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Why do the poor pay more? Exploring the poverty penalty concept

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  • Ronald U. Mendoza

Abstract

The poverty penalty refers to the relatively higher cost shouldered by the poor, when compared to the non-poor, in their participation in certain markets. By trying to further develop this concept, this paper clarifies some of the subtle and more direct ways through which the poor could be marginalised in the market system. A brief review of the business and economics literature suggests that there are different possible causes behind various forms of the poverty penalty, and hence distinct ways to address them, depending on its form, the nature of the market under analysis, the specific country context, the characteristics of the poor themselves and the prevalence of market failures among other factors. Copyright (C) 2008 John Wiley & Sons, Ltd.

Suggested Citation

  • Ronald U. Mendoza, 2011. "Why do the poor pay more? Exploring the poverty penalty concept," Journal of International Development, John Wiley & Sons, Ltd., vol. 23(1), pages 1-28, January.
  • Handle: RePEc:wly:jintdv:v:23:y:2011:i:1:p:1-28
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    File URL: http://hdl.handle.net/10.1002/jid.1504
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    Citations

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    Cited by:

    1. Gibson, John & Kim, Bonggeun, 2013. "Do the urban poor face higher food prices? Evidence from Vietnam," Food Policy, Elsevier, vol. 41(C), pages 193-203.
    2. repec:gam:jsusta:v:8:y:2016:i:3:p:272:d:65882 is not listed on IDEAS
    3. Serrano-Cinca, Carlos & Gutiérrez-Nieto, Begoña, 2014. "Microfinance, the long tail and mission drift," International Business Review, Elsevier, vol. 23(1), pages 181-194.
    4. Tsai Chi Kuo & Jessica Hanafi & Wan Chen Sun & Rex Aurelius C. Robielos, 2016. "The Effects of National Cultural Traits on BOP Consumer Behavior," Sustainability, MDPI, Open Access Journal, vol. 8(3), pages 1-20, March.
    5. Mussa, Richard, 2014. "Food Price Heterogeneity and Income Inequality in Malawi: Is Inequality Underestimated?," MPRA Paper 56080, University Library of Munich, Germany.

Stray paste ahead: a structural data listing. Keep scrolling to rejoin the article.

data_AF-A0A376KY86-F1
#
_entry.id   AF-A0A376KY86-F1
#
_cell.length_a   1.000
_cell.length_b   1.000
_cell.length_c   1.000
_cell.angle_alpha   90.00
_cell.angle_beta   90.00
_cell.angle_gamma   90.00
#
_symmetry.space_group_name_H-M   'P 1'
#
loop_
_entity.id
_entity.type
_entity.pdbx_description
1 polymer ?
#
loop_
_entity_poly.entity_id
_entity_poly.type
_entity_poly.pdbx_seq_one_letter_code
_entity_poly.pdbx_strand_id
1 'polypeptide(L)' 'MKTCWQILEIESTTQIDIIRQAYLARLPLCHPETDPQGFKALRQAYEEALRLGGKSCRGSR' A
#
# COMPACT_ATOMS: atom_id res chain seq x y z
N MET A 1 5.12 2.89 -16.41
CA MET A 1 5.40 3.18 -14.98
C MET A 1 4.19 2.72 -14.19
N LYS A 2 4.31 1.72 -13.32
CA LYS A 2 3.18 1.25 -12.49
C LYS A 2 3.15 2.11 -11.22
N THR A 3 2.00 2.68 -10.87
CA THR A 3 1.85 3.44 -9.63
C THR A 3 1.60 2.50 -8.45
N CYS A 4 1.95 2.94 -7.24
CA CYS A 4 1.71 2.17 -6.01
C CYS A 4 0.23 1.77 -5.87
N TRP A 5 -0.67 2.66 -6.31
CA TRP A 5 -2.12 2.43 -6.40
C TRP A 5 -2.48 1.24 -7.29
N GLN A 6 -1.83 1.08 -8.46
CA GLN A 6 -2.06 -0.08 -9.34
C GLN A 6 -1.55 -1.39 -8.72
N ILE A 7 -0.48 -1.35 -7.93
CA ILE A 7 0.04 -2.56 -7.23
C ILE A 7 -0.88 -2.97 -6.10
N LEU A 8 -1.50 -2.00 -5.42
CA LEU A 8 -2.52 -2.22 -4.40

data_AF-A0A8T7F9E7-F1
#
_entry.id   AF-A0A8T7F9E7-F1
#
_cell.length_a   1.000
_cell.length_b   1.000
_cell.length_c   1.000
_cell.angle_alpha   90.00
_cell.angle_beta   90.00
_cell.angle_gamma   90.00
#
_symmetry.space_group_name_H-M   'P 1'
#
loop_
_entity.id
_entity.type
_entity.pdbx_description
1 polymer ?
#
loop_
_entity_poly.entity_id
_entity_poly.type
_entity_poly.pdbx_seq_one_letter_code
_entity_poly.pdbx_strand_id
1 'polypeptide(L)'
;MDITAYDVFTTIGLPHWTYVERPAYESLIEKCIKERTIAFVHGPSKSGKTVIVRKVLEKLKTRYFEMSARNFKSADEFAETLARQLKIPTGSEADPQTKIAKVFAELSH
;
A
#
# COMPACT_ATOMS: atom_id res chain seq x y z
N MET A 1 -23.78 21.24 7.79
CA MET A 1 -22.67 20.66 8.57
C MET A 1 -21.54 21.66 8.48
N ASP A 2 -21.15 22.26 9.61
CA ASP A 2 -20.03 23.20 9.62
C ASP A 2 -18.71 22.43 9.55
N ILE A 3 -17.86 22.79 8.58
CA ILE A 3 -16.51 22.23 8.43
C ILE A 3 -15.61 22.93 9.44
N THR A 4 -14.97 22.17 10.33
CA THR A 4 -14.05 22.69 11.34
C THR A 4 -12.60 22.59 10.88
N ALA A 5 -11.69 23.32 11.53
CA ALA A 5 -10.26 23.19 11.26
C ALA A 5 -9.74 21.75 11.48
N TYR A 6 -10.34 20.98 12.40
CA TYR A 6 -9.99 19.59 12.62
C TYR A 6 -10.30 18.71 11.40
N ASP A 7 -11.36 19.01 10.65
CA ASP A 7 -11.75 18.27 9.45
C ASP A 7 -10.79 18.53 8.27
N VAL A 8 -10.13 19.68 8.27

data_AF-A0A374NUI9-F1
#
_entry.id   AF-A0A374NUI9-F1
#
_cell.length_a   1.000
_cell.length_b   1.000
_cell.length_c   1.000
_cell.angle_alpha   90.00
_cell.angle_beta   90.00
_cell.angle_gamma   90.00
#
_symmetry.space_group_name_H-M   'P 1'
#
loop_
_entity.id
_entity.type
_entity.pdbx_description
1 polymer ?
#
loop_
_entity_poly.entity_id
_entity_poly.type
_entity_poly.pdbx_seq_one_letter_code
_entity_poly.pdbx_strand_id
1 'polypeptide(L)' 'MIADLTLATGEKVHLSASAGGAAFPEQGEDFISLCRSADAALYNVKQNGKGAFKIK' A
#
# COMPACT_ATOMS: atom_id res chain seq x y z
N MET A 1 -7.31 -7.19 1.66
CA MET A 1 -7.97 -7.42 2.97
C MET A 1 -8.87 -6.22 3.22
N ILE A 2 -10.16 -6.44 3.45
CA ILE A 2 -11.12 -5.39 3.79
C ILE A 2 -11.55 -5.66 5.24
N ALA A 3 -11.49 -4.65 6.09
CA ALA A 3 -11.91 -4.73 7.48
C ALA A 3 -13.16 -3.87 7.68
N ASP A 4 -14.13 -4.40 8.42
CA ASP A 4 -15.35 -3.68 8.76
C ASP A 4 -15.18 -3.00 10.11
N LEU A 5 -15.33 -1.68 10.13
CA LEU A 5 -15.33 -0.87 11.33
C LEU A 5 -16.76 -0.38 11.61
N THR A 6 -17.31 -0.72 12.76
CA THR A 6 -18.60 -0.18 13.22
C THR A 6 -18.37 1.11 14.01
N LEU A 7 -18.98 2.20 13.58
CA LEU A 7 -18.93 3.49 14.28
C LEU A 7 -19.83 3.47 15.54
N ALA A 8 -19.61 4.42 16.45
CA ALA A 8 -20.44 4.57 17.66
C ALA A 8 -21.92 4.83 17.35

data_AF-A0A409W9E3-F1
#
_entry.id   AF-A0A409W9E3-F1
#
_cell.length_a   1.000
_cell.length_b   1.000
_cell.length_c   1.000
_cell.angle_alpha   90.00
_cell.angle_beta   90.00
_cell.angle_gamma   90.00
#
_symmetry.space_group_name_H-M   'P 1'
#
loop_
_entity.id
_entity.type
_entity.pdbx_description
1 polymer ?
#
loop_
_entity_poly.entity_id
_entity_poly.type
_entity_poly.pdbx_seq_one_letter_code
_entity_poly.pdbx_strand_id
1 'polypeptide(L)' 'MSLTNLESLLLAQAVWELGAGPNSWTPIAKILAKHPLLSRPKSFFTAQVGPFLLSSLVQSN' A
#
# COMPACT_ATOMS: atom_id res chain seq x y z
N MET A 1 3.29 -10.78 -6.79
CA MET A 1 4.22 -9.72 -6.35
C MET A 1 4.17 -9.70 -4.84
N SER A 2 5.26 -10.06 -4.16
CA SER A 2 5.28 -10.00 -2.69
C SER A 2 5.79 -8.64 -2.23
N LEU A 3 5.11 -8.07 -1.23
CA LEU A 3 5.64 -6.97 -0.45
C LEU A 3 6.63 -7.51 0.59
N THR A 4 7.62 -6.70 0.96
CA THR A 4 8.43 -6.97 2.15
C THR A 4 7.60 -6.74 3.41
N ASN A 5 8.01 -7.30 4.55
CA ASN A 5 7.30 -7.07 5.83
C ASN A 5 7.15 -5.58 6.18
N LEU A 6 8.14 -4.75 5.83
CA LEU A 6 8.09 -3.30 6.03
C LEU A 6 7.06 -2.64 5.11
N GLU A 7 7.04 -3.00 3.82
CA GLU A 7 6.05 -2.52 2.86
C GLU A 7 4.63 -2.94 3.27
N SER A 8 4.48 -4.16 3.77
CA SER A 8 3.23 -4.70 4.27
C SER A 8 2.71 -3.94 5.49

6. Carlos Serrano-Cinca & Begoña Gutiérrez-Nieto & Nydia M. Reyes, 2013. "A Social Approach to Microfinance Credit Scoring," Working Papers CEB 13-013, ULB -- Universite Libre de Bruxelles.
    7. Richard Mussa, 2015. "Do the Poor Pay More for Maize in Malawi?," Journal of International Development, John Wiley & Sons, Ltd., vol. 27(4), pages 546-563, 05-27.
    8. Alimukhamedova, Nargiza & Hanousek, Jan, 2015. "What Do We Know about Microfinance at Macro Glance?," CEPR Discussion Papers 10484, C.E.P.R. Discussion Papers.
    9. UNDP Regional Bureau for Africa, "undated". "Building an Integrated Inequality Dataset and the ÔSeven SinsÕ of Inequality Measurement in sub-Saharan Africa," UNDP Africa Policy Notes 2017-16, United Nations Development Programme, Regional Bureau for Africa.
    10. Driouchi, Ahmed & Mertou, Amat, 2012. "High Implicit Interest Rates in the Context of Informal Traditional Housing Transactions: Evidence from Morocco," MPRA Paper 38732, University Library of Munich, Germany.
    11. Ronald Mendoza & Nicholas Rees, 2009. "Infant Mortality During Economic Downturns and Recovery," Working papers 0904, UNICEF,Division of Policy and Strategy.
    12. repec:spr:soinre:v:133:y:2017:i:2:d:10.1007_s11205-016-1368-4 is not listed on IDEAS
    13. Carlos Serrano-Cinca & Begoña Gutiérrez-Nieto & Beatriz Cuéllar Fernández & Yolanda Fuertes-Callén, 2013. "Poverty penalty and microfinance," Working Papers CEB 13-029, ULB -- Universite Libre de Bruxelles.

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